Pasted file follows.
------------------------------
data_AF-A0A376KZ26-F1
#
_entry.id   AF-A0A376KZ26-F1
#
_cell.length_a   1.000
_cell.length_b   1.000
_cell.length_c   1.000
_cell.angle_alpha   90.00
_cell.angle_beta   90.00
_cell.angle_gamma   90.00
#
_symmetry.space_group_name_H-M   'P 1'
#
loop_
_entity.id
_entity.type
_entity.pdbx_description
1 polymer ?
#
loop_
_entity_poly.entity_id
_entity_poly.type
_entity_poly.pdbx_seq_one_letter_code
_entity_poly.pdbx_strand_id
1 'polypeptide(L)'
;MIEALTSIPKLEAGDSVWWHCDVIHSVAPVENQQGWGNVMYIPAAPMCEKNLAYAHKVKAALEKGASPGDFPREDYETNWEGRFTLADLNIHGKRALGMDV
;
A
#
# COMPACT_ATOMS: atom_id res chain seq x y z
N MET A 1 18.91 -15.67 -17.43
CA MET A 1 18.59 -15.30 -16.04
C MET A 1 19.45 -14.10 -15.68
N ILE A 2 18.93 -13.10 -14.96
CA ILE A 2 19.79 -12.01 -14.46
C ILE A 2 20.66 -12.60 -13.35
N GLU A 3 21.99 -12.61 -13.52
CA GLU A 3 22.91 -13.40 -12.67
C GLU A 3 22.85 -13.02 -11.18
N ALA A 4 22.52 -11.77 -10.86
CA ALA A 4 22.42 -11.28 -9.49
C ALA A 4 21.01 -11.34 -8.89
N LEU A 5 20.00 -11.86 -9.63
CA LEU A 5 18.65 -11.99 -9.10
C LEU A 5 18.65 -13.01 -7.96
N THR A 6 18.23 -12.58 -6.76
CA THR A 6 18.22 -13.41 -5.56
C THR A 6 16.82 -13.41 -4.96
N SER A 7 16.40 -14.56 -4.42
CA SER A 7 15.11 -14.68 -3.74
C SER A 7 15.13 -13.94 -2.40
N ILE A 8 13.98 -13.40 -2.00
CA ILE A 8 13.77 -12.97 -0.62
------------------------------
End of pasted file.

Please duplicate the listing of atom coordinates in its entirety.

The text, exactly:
data_AF-A0A376KZ26-F1
#
_entry.id   AF-A0A376KZ26-F1
#
_cell.length_a   1.000
_cell.length_b   1.000
_cell.length_c   1.000
_cell.angle_alpha   90.00
_cell.angle_beta   90.00
_cell.angle_gamma   90.00
#
_symmetry.space_group_name_H-M   'P 1'
#
loop_
_entity.id
_entity.type
_entity.pdbx_description
1 polymer ?
#
loop_
_entity_poly.entity_id
_entity_poly.type
_entity_poly.pdbx_seq_one_letter_code
_entity_poly.pdbx_strand_id
1 'polypeptide(L)'
;MIEALTSIPKLEAGDSVWWHCDVIHSVAPVENQQGWGNVMYIPAAPMCEKNLAYAHKVKAALEKGASPGDFPREDYETNWEGRFTLADLNIHGKRALGMDV
;
A
#
# COMPACT_ATOMS: atom_id res chain seq x y z
N MET A 1 18.91 -15.67 -17.43
CA MET A 1 18.59 -15.30 -16.04
C MET A 1 19.45 -14.10 -15.68
N ILE A 2 18.93 -13.10 -14.96
CA ILE A 2 19.79 -12.01 -14.46
C ILE A 2 20.66 -12.60 -13.35
N GLU A 3 21.99 -12.61 -13.52
CA GLU A 3 22.91 -13.40 -12.67
C GLU A 3 22.85 -13.02 -11.18
N ALA A 4 22.52 -11.77 -10.86
CA ALA A 4 22.42 -11.28 -9.49
C ALA A 4 21.01 -11.34 -8.89
N LEU A 5 20.00 -11.86 -9.63
CA LEU A 5 18.65 -11.99 -9.10
C LEU A 5 18.65 -13.01 -7.96
N THR A 6 18.23 -12.58 -6.76
CA THR A 6 18.22 -13.41 -5.56
C THR A 6 16.82 -13.41 -4.96
N SER A 7 16.40 -14.56 -4.42
CA SER A 7 15.11 -14.68 -3.74
C SER A 7 15.13 -13.94 -2.40
N ILE A 8 13.98 -13.40 -2.00
CA ILE A 8 13.77 -12.97 -0.62